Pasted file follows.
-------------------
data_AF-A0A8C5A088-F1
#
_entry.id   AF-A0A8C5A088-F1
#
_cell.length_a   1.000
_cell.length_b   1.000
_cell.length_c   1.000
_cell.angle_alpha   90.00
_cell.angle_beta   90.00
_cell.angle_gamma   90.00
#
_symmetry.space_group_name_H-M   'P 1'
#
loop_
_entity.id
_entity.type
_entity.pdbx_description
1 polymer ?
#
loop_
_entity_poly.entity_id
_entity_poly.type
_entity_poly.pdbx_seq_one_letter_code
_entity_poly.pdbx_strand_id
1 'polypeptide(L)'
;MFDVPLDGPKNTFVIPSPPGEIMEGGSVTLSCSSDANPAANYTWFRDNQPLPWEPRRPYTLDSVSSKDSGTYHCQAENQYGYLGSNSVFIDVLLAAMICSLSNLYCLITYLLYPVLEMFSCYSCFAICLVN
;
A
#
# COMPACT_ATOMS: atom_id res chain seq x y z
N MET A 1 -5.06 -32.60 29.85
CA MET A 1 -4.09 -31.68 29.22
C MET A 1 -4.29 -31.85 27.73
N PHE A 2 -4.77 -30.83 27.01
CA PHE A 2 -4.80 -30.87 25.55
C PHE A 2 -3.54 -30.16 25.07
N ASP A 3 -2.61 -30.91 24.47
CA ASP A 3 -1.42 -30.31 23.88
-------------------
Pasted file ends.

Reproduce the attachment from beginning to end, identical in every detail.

data_AF-A0A8C5A088-F1
#
_entry.id   AF-A0A8C5A088-F1
#
_cell.length_a   1.000
_cell.length_b   1.000
_cell.length_c   1.000
_cell.angle_alpha   90.00
_cell.angle_beta   90.00
_cell.angle_gamma   90.00
#
_symmetry.space_group_name_H-M   'P 1'
#
loop_
_entity.id
_entity.type
_entity.pdbx_description
1 polymer ?
#
loop_
_entity_poly.entity_id
_entity_poly.type
_entity_poly.pdbx_seq_one_letter_code
_entity_poly.pdbx_strand_id
1 'polypeptide(L)'
;MFDVPLDGPKNTFVIPSPPGEIMEGGSVTLSCSSDANPAANYTWFRDNQPLPWEPRRPYTLDSVSSKDSGTYHCQAENQYGYLGSNSVFIDVLLAAMICSLSNLYCLITYLLYPVLEMFSCYSCFAICLVN
;
A
#
# COMPACT_ATOMS: atom_id res chain seq x y z
N MET A 1 -5.06 -32.60 29.85
CA MET A 1 -4.09 -31.68 29.22
C MET A 1 -4.29 -31.85 27.73
N PHE A 2 -4.77 -30.83 27.01
CA PHE A 2 -4.80 -30.87 25.55
C PHE A 2 -3.54 -30.16 25.07
N ASP A 3 -2.61 -30.91 24.47
CA ASP A 3 -1.42 -30.31 23.88